At or around 1:42 a.m., Sergeant Janet Martin with the Davenport Police Department received a call regarding the clerk's complaint. The call included descriptions of Sanchez-Casco and the black Chrysler with a partial license plate number. Sergeant Martin was several blocks away from the convenience store at the time, and she began driving toward the store hoping to encounter the described vehicle along the way. As she neared the vicinity of the convenience store, she noticed a black Chrysler with a matching partial plate parked at a second convenience store across the street from the first store. She stopped to investigate, and she found Sanchez-Casco walking out of the second store. She did not see anyone with him or near the Chrysler. She approached Sanchez-Casco, patted him down, and searched his pockets with his consent.[2] She found a key to the Chrysler in his pocket. She noticed he was swaying, had a strong odor of alcohol coming from him, had bloodshot eyes, and was exhibiting erratic behavior. Officer Brenton Joyce soon arrived, and he observed Sanchez-Casco display erratic behavior, bloodshot eyes, slurred speech, impaired balance, odor of alcohol, dilated pupils, profuse sweating, and nervous tics.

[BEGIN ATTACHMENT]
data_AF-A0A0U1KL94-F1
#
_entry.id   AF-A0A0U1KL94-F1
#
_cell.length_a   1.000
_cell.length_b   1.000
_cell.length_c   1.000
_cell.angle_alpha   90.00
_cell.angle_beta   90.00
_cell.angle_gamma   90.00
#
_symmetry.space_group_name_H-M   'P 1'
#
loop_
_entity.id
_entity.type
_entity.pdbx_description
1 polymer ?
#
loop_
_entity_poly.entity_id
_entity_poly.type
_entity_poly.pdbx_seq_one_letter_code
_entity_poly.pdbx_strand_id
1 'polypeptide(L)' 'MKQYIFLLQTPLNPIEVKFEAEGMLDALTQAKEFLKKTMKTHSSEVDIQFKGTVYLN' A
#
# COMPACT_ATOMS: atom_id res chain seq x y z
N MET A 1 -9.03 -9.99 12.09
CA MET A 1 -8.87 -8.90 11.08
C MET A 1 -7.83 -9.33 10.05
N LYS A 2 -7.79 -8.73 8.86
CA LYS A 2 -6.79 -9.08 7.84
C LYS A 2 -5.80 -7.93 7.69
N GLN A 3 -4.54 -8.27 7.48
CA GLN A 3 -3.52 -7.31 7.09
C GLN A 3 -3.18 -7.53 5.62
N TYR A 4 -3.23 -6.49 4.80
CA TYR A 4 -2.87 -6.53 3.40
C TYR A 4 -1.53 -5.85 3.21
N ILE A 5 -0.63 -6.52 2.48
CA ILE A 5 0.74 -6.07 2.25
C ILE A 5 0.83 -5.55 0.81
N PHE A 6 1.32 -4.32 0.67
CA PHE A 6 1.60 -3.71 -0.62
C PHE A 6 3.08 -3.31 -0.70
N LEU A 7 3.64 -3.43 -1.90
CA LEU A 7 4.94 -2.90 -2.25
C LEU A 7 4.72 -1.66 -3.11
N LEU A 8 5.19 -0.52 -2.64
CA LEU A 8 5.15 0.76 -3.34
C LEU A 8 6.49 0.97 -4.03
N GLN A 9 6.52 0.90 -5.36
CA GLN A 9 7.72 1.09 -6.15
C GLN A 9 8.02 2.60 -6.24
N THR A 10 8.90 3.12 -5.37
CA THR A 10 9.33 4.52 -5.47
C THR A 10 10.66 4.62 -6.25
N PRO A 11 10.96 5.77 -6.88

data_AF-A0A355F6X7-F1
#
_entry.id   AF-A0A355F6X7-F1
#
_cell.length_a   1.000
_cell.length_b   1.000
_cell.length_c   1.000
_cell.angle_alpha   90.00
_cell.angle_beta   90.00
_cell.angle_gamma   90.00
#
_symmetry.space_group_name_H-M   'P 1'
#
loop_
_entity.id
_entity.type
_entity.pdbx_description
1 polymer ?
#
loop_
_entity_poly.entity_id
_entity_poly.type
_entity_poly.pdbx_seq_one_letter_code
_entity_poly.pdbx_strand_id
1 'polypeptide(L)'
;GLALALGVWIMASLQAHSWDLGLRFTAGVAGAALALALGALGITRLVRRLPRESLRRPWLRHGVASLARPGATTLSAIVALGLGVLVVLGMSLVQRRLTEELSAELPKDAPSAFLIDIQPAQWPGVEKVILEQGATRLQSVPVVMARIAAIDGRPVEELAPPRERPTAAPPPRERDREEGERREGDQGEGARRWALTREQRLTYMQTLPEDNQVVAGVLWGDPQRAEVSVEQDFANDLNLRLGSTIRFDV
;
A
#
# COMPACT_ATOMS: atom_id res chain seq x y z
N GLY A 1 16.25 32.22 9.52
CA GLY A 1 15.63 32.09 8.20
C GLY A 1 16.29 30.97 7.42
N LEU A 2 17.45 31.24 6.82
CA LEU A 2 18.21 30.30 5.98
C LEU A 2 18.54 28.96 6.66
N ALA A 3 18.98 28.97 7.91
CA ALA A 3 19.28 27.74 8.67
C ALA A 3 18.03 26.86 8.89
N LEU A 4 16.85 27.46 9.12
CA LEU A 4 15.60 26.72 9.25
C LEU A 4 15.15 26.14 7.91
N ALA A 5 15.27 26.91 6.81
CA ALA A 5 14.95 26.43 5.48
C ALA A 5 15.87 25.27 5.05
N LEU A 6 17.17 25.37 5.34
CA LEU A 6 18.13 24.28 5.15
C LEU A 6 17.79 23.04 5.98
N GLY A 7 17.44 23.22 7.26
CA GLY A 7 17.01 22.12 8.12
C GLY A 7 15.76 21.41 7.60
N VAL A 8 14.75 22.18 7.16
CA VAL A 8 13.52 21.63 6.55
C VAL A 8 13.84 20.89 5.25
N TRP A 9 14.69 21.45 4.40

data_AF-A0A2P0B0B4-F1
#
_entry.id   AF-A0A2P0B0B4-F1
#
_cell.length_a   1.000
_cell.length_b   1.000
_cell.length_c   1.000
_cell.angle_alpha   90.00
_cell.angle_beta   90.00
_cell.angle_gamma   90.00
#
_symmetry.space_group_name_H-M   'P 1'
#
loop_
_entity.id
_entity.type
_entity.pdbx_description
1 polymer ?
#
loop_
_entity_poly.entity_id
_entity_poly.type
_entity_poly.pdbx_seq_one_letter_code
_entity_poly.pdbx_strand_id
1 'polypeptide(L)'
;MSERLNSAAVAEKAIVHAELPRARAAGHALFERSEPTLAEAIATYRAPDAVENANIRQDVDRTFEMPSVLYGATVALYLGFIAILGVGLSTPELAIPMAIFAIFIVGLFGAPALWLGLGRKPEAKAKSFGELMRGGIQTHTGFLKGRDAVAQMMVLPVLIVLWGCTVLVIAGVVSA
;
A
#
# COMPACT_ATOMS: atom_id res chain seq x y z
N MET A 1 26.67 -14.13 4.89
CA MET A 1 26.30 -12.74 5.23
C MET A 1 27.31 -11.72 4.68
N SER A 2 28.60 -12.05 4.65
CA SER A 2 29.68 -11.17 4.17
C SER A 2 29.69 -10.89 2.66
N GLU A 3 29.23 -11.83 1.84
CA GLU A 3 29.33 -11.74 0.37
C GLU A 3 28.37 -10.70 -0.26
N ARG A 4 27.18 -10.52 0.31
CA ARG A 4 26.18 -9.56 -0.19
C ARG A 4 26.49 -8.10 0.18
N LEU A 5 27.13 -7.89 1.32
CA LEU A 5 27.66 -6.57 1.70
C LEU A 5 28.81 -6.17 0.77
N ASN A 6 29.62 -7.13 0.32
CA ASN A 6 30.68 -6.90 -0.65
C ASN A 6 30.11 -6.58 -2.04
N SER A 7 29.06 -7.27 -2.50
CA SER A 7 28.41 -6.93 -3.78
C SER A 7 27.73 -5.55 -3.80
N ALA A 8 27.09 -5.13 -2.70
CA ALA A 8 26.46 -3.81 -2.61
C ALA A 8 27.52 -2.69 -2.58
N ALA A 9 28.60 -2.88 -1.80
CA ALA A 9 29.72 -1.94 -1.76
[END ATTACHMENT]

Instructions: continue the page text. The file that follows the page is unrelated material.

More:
Sergeant Martin called Officer Jennifer Brewer to the scene because of her expertise in recognizing alcohol and drug intoxication. Officer Brewer testified all officers are trained to detect intoxication generally and can perform standard field sobriety testing but they call her when they suspect intoxication by something other than alcohol. To identify intoxication and the category of drug or alcohol causing it, she uses a twelve-step process, which involves "looking at the totality of the circumstances," including "appearance, behavior, moods, and then, the psychophysical testing."

         Officer Brewer approached Sanchez-Casco while he was seated in the back of Sergeant Martin's police cruiser. She testified about their interaction:

When I opened the rear door, I could smell the odor of alcohol right away. . . . As I was speaking to him, he would say things that I just couldn't understand, and then he would say, "Does that make sense?" And I was like, "Not really."
. . . .
I couldn't understand because his speech was slurred and he was, just, running words together. I couldn't understand what he was saying. He was very, very talkative, he spoke quickly, and his movements were exaggerated. He was irritable. His speech was the thick tongue and slurred. And ...

Buy This Entire Record For $7.95

Download the entire decision to receive the complete text, official citation,
docket number, dissents and concurrences, and footnotes for this case.

Learn more about what you receive with purchase of this case.